By Caleigh Byrer
Tippecanoe and Chapman Regional Sewer District has made monumental progress this year on the new septic elimination project, which has been merely a topic of discussion since the 1990’s.
The need for a conservancy system has been discussed for decades, but the project received a push from individuals living in the area between 2016 and 2017. Around that time, through a petition, the percentage of stakeholders who wished to be a part of the project reached an optimal number.
Planning, studies and the formation of the board laid the foundation for the project not long after.
This project is now entirely off the ground despite setbacks by COVID-19 in 2020, which CEO of Jones Petrie Rafinski, Ken Jones, referenced earlier this year. “We probably bid the project in one of the worst economic conditions that we could have, however, our partnerships with the funding agencies didn’t allow us to introduce any delay, so we kept pushing forward,” he said.
The $51 million project is one of the largest — if not the largest — infrastructure projects to occur in Kosciusko County.
At the beginning of the year, the board was still working out project logistics such as design, formulating a rate analysis and funding.
In December, a groundbreaking ceremony was held at Pump Station number two where board members, funding agencies and other supporters of the project gathered to celebrate the beginning of construction.
There was a significant amount of work done between the board, engineering team and other affiliated companies to ensure the project moved forward rapidly throughout 2022.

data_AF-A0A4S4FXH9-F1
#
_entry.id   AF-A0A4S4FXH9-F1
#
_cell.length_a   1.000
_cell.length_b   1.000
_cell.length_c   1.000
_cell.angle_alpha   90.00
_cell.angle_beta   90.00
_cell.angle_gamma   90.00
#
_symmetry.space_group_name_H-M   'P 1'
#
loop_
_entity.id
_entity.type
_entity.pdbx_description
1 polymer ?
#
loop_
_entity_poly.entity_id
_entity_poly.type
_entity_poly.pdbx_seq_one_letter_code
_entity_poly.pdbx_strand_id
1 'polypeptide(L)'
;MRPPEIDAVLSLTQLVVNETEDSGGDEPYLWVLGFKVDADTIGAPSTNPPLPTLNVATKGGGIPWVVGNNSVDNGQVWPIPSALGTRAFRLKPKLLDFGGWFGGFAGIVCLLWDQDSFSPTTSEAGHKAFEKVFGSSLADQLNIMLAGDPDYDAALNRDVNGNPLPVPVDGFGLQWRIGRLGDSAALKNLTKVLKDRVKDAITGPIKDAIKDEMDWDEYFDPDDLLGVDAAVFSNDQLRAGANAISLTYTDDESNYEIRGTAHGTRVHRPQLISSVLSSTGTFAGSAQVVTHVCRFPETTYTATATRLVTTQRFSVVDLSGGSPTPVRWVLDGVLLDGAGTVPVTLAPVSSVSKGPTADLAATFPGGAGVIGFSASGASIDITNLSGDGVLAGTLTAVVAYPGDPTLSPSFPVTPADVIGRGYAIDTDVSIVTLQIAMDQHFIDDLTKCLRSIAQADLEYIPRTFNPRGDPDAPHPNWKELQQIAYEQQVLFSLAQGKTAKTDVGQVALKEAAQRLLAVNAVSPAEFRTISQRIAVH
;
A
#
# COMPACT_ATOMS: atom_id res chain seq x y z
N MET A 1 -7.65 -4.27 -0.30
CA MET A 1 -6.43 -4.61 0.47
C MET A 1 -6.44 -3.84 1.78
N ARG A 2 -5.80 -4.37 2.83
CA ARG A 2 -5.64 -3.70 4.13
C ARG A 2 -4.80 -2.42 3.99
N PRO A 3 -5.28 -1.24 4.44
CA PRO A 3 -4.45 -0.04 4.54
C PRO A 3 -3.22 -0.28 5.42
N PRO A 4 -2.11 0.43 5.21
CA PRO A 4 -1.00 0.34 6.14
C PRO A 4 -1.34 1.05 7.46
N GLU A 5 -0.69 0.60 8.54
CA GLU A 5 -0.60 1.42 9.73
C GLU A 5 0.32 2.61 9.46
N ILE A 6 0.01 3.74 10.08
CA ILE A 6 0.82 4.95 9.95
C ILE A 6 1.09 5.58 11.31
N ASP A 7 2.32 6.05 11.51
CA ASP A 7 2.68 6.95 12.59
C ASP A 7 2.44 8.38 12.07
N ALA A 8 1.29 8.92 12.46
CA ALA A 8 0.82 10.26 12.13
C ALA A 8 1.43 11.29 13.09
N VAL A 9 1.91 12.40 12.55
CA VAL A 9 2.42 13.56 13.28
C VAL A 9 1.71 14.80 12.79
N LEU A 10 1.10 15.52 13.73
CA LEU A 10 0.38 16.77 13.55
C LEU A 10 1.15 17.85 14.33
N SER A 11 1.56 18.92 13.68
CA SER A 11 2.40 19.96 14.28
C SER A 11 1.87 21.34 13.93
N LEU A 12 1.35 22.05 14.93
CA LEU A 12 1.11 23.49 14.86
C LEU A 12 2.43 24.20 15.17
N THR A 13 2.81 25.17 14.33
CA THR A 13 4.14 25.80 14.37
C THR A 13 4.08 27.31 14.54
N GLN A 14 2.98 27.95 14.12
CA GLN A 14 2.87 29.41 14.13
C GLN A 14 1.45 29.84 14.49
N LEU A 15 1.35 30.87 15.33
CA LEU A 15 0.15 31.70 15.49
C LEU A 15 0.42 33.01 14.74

As of now, production is underway in the Chapman Lake area, crews are actively making progress in the West Tippecanoe area and work in the East Tippecanoe area will be commencing this month.
“We have first class contractors on this project, I don’t think the board could be happier with our engineering team,” said Board President Jon Tyler. While the project may take time to complete, the board is confident that they will make substantial progress in the new year.
“2023 will be all about the construction. We have two contractors working simultaneously under three contracts to get the infrastructure in place,” Tyler stated.
The project will likely take until 2024 to complete entirely, so most of the boards focus will be directed to on-the-ground operations, customer hook-ups and making payments through the new year.